Sangwon Kim, PhD

Assistant Professor, Department of Microbiology & Immunology

Kim, Sangwon


233 South 10th Street
Room 728
Philadelphia, PA 19107

Email Sangwon Kim


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Sangwon Kim, PhD

Assistant Professor, Department of Microbiology & Immunology

Research and Clinical Interests

Inflammation is a critical element of how the immune system functions to eliminate foreign pathogens, injured cells, and tumors. However, excess inflammation can be harmful to the host and to counteract this process, the immune system has also evolved to modulate anti-inflammatory responses. This equilibrium between pro- and anti-inflammatory immune responses, termed “immune homeostasis”, is critical for the health of the host. While disruption of immune homeostasis can occur systemically, it can also be localized to a specific tissue as seen in inflammatory disorders such as psoriasis, inflammatory bowel diseases, and tumors, thus underscoring the importance of immune homeostasis at tissue level in maintaining health. However, at present, we have an extremely limited understanding of how immune homeostasis is maintained locally in non-lymphoid tissues. Furthermore, local immune balance can be affected by other factors perturbing tissue environment, such as diet (in the intestine), commensal microbiota or infectious pathogens (in the intestine, skin, and other mucosal surfaces), adding another element of complexity.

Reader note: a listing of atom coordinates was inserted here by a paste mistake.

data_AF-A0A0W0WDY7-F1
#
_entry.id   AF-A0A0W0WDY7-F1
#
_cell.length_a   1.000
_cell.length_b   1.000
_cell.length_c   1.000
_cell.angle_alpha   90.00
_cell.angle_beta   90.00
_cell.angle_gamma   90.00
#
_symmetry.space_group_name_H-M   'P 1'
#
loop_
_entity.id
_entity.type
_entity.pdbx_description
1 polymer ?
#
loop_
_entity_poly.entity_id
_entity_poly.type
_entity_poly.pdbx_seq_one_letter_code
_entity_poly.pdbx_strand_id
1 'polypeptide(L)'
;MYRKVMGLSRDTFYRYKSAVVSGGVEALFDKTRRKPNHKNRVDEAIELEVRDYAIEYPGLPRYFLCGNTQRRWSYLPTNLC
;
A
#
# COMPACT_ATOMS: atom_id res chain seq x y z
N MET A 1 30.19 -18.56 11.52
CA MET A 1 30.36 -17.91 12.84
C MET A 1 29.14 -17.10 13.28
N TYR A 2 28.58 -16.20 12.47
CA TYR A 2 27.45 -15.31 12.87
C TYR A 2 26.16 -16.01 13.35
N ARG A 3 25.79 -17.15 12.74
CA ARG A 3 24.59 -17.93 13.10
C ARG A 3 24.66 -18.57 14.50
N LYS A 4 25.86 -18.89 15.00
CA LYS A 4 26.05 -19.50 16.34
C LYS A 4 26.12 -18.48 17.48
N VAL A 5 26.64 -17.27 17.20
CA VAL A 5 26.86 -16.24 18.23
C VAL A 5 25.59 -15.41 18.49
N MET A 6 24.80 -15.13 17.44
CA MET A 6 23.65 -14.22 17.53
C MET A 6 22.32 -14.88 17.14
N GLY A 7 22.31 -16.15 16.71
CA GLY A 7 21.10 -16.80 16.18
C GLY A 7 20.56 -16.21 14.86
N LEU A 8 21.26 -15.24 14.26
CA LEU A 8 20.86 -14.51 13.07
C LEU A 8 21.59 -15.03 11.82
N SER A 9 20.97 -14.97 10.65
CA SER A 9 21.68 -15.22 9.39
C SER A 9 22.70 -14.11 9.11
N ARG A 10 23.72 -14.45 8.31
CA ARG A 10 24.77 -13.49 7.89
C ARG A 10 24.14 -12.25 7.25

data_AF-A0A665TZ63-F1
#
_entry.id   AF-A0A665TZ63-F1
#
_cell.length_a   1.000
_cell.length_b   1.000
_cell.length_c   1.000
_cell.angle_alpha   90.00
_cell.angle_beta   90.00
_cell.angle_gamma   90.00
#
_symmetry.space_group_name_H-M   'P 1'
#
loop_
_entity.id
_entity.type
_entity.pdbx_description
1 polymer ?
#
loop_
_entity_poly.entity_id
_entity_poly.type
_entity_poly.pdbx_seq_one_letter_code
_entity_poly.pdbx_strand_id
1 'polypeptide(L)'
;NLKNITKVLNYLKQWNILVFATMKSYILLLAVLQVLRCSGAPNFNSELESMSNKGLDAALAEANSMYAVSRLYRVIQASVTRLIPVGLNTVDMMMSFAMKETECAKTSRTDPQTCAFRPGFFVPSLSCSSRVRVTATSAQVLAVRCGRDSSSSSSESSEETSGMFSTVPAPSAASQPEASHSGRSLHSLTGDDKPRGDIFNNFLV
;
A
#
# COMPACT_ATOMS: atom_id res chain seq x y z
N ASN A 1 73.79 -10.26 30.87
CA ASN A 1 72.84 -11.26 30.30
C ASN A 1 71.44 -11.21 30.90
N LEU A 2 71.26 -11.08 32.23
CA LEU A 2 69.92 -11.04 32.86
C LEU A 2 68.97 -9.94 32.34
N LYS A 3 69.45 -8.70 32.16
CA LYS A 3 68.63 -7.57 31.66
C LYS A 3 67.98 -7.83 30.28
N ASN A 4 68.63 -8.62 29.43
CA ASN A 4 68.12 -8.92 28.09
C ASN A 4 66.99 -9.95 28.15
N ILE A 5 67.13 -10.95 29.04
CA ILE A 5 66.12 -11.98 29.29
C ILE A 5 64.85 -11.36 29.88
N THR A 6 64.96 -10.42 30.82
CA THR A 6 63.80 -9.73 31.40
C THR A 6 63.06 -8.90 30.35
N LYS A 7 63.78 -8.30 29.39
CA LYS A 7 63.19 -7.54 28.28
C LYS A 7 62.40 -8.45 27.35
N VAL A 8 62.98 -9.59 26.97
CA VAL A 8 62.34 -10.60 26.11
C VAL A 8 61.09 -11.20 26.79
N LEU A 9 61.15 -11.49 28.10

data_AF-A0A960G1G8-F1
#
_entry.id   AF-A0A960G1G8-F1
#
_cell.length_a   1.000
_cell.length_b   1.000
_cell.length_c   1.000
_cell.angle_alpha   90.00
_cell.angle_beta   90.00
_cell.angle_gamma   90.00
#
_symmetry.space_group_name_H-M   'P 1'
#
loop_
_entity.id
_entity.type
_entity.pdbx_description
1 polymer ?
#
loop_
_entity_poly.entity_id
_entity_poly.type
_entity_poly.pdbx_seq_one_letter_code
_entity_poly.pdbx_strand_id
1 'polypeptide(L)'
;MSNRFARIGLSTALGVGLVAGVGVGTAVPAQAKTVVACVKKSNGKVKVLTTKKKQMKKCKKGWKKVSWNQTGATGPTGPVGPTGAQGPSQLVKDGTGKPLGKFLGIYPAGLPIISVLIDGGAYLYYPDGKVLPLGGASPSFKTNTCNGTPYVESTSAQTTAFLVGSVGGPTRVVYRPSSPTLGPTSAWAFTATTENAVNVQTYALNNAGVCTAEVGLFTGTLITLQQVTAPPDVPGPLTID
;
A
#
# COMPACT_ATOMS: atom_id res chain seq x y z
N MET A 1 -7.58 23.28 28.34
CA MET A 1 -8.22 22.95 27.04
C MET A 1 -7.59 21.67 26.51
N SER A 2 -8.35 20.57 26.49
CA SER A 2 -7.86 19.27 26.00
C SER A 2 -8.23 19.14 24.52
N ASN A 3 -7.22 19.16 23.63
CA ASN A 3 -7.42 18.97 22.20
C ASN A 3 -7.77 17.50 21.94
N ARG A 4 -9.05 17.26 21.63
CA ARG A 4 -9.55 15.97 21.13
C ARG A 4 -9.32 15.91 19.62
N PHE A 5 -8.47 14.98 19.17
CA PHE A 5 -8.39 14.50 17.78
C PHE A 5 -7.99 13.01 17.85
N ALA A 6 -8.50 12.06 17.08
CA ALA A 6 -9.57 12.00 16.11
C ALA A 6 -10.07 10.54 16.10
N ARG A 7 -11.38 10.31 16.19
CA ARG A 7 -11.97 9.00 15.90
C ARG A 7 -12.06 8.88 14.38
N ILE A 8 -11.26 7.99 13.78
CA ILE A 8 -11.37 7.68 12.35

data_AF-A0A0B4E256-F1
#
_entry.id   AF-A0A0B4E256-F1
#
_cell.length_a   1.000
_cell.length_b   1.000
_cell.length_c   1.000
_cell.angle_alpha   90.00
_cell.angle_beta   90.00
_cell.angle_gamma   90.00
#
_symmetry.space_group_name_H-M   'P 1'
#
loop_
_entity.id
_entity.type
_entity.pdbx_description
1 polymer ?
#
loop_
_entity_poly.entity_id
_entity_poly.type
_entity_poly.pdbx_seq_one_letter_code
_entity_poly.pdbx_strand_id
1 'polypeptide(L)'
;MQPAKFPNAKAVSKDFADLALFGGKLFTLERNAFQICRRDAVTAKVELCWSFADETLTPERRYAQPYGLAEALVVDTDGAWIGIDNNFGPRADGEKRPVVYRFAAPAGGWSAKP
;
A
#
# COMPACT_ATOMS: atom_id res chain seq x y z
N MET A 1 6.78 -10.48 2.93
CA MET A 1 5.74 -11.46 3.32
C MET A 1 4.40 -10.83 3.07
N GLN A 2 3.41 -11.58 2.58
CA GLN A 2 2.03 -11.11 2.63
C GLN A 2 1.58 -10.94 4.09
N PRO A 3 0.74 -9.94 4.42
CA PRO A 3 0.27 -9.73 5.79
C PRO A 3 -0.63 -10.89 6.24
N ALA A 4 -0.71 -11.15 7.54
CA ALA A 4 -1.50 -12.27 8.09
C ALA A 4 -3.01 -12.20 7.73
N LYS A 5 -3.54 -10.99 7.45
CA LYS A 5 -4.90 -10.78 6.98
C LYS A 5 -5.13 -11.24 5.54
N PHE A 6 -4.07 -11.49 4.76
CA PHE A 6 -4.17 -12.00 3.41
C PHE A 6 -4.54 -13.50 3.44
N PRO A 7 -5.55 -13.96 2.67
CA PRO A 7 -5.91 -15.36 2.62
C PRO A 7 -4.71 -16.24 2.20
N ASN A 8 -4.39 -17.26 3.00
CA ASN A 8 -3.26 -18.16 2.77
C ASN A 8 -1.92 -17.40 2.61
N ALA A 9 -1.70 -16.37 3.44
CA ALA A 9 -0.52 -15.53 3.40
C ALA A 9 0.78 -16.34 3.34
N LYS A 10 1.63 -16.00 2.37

In my laboratory, I plan on continuing studies to dissect the mechanisms underlying immune homeostasis in non-lymphoid tissues (peripheral tissues) such as the intestine, by focusing not only on GPR15 but also beyond, by setting up novel approaches, with the hope that such findings can be used to develop therapeutic methods for restoring the immune balance that is lost in inflammatory or infectious diseases and cancer. More specifically, I will first focus on the mechanisms of T cell homing to the intestine, how immune tolerance to gut microbiota is maintained.